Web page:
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Article: Literature review writing: How information is selected and transformed

Jaidka, K., Khoo, C.S.G., & Na, J.C. (2013). Literature review writing: How information is selected and transformed. Aslib Proceedings, 65(3), 303-325.  Abstract Aim. This paper reports a study of researchers’ preferences in selecting information from cited papers to include in a literature review, and the kinds of transformations and editing applied to the selected information. This is a part of a larger project to develop an automatic summarization method that emulates human literature review writing behaviour. Research Questions. How are literature reviews written – where do authors select information from, what types of information do they select and how do they transform it? What is the relationship between styles of literature review (integrative and descriptive) and each of these variables (source sections, types of information and types of transformation)? Method. We analyzed the literature review sections of 20 articles from the Journal of the American Society for Information Science...
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Article: Task-based navigation of a taxonomy interface to a digital repository

Khoo, C.S.G., Wang, Z., & Chaudhry, A.S. (2012). Task-based navigation of a taxonomy interface to a digital repository. Information Research, 17(4). (Available at: http://informationr.net/ir/17-4/infres174.html) Abstract Introduction. This is a study of hierarchical navigation; how users browse a taxonomy-based interface to an organizational repository to locate information resources. The study is part of a project to develop a taxonomy for an library and information science department to organize resources and support user browsing in a digital repository. Method. The data collection was carried out using task-based navigation exercises with twenty-two participants. A cognitive framework of hierarchical navigation is proposed, involving the cognitive process of matching context, topic and/or resource type concepts to taxonomy categories. Results. Though users often use the topic concept in making navigation choices, they sometimes make use of context and resource-type concepts. Users infer a variety of relationships between a task concept and a taxonomy category, including...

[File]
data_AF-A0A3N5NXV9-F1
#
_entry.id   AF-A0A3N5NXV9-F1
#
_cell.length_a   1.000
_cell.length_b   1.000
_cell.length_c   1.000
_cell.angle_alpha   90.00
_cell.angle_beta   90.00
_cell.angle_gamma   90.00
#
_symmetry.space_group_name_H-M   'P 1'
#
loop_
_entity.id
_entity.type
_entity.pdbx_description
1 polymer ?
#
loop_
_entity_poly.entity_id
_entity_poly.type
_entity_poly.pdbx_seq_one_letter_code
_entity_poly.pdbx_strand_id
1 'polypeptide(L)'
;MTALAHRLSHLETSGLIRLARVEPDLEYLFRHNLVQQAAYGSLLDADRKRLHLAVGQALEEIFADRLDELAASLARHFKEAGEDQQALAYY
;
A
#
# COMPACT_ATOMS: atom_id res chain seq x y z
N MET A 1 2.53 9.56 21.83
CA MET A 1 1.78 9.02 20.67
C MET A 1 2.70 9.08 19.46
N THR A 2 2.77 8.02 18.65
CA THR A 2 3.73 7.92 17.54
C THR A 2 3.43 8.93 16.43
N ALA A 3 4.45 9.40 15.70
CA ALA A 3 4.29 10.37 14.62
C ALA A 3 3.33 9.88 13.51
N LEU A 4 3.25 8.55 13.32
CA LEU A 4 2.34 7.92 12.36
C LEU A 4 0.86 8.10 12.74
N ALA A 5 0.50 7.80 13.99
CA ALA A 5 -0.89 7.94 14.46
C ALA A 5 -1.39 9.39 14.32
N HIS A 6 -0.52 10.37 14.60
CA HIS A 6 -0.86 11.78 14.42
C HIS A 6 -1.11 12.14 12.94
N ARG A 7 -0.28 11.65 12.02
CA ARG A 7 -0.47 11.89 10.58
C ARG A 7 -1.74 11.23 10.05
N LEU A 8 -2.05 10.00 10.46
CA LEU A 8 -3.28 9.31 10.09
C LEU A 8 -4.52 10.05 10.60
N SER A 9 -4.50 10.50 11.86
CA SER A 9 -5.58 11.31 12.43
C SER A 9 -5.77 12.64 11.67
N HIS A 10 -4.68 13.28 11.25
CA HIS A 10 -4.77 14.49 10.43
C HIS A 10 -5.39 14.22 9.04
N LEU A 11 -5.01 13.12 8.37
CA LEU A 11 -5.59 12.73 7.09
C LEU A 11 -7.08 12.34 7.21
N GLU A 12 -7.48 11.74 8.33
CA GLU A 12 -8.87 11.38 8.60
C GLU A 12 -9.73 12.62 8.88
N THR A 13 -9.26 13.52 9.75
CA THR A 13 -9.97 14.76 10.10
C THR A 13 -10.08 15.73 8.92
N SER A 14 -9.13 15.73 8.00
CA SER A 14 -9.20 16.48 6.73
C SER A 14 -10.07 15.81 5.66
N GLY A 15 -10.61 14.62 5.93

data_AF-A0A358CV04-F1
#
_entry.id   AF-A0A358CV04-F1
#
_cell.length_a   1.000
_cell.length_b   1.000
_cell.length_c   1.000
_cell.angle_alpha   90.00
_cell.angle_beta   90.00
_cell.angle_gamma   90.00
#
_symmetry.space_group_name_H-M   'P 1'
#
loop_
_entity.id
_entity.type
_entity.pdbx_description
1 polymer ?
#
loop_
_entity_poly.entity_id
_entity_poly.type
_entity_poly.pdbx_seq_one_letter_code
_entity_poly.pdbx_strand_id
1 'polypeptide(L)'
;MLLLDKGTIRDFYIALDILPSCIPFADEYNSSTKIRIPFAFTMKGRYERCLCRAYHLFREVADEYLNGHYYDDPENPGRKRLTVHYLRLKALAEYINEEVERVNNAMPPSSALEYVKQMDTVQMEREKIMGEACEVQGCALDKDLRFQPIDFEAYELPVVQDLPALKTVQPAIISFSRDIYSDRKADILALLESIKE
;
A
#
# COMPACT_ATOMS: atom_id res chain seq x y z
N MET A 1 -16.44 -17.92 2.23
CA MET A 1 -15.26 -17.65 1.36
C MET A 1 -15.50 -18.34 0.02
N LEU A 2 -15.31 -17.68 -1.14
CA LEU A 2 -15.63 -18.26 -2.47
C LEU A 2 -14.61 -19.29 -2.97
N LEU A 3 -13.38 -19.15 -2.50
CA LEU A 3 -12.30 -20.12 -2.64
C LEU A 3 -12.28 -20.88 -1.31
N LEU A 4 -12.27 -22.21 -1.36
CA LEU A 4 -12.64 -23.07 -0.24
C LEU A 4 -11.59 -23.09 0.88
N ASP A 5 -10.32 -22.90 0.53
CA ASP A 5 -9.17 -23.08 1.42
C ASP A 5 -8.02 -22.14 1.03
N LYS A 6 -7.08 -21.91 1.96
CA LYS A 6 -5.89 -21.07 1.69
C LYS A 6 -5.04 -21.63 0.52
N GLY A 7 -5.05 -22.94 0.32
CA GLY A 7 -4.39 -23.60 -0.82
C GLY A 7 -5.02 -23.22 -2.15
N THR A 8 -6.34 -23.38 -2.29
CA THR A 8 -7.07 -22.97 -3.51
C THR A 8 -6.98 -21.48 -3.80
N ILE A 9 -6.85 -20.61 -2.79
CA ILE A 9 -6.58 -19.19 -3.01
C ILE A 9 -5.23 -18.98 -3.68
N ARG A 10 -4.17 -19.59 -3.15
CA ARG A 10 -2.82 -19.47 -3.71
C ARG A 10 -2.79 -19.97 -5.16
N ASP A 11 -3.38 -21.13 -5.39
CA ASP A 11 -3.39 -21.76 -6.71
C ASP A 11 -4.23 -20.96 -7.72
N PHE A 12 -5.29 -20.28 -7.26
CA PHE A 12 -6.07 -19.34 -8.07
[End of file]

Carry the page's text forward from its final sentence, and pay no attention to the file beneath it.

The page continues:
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Conference paper: Categories of friends on social networking sites

Zhang, X., Gao, Q., Khoo, C., & Wu, A. (2013). Categories of friends on social networking sites: An exploratory study. In The 5th International Conference on Asia-Pacific Library and Information Education and Practice (A-LIEP 2013): Proceedings (pp. 244-259). Khon Kaen City, Thailand: University of Khon Kaen, Faculty of Humanties and Social Sciences. Abstract: The widespread use of social networking sites has transformed the ways people make, communicate with and manage their friends. This study seeks to find out students’ perception of the types of friends they have on their social networking sites (SNS), such as Facebook and Twitter, in comparison to offline friends, and the quality of these friendships. A questionnaire survey was administered to 104 graduate students in the Division of Information Studies at the Nanyang Technological University, Singapore. It was found that the main categories of friends on SNS are school friends, work-related friends, friends sharing...
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Conference paper: A user study of the Singapore Memory Portal to derive a taxonomy for content organization

Srieedar, J., & Khoo, C.S.G. (2013). A user study of the Singapore Memory Portal to derive a taxonomy for content organization. In Proceedings of the 2013 Digital Heritage International Congress, 28 Oct-1 Nov 2013, Marseille, France (IEEE catalog no. CFP1308W-USB, pp. 297-305). Summary: This paper reports an initial user study of a cultural heritage portal called Singapore Memory Portal that was set up in Singapore to collect people’s memories related to the history, culture, society, life and landscape of Singapore’s past. The study sought to find out users’ expectations of the content of the portal, how they search and browse the portal, and what they learn about particular historical or cultural topics from reading postings in the portal. The goal is to derive a taxonomy to organize the portals’ content for browsing and learning. For this initial study, 12 Singapore citizens were interviewed to find out what topics...